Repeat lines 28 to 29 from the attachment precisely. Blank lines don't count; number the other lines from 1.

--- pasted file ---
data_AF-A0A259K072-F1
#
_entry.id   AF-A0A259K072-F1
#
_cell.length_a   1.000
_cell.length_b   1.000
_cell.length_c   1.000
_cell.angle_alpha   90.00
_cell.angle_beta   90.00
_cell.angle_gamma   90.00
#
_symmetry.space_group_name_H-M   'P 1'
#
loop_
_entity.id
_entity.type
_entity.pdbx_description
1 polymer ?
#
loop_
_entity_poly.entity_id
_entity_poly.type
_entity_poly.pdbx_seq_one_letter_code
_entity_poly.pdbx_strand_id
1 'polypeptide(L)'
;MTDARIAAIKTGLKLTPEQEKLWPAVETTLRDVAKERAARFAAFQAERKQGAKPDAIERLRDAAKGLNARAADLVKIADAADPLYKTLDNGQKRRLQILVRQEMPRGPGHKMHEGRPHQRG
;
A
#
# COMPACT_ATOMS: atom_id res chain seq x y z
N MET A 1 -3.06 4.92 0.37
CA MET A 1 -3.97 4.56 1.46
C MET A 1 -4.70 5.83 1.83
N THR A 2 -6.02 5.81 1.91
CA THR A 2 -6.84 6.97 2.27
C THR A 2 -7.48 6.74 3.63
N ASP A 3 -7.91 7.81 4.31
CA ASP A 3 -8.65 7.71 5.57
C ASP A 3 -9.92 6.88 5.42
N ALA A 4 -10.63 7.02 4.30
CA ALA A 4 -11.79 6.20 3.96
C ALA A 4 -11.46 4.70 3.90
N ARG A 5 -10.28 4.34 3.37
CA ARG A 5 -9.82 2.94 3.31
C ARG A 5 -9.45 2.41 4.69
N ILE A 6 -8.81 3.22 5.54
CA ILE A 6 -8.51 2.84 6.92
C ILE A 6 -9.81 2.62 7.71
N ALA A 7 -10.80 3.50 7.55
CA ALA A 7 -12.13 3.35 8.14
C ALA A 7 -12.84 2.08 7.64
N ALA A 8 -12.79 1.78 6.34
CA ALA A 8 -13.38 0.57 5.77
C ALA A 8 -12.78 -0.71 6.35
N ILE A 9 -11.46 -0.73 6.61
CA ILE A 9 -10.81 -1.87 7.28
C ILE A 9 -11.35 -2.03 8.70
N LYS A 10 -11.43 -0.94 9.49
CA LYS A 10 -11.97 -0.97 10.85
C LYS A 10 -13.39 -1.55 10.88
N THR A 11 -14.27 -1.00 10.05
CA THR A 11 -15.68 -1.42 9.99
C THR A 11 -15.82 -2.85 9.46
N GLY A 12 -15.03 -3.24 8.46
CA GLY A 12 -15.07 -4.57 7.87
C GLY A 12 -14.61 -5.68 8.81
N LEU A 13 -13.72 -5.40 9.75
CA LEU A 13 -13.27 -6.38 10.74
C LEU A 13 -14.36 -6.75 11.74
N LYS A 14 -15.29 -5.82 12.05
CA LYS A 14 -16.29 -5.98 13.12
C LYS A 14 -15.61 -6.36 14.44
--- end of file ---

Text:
A
#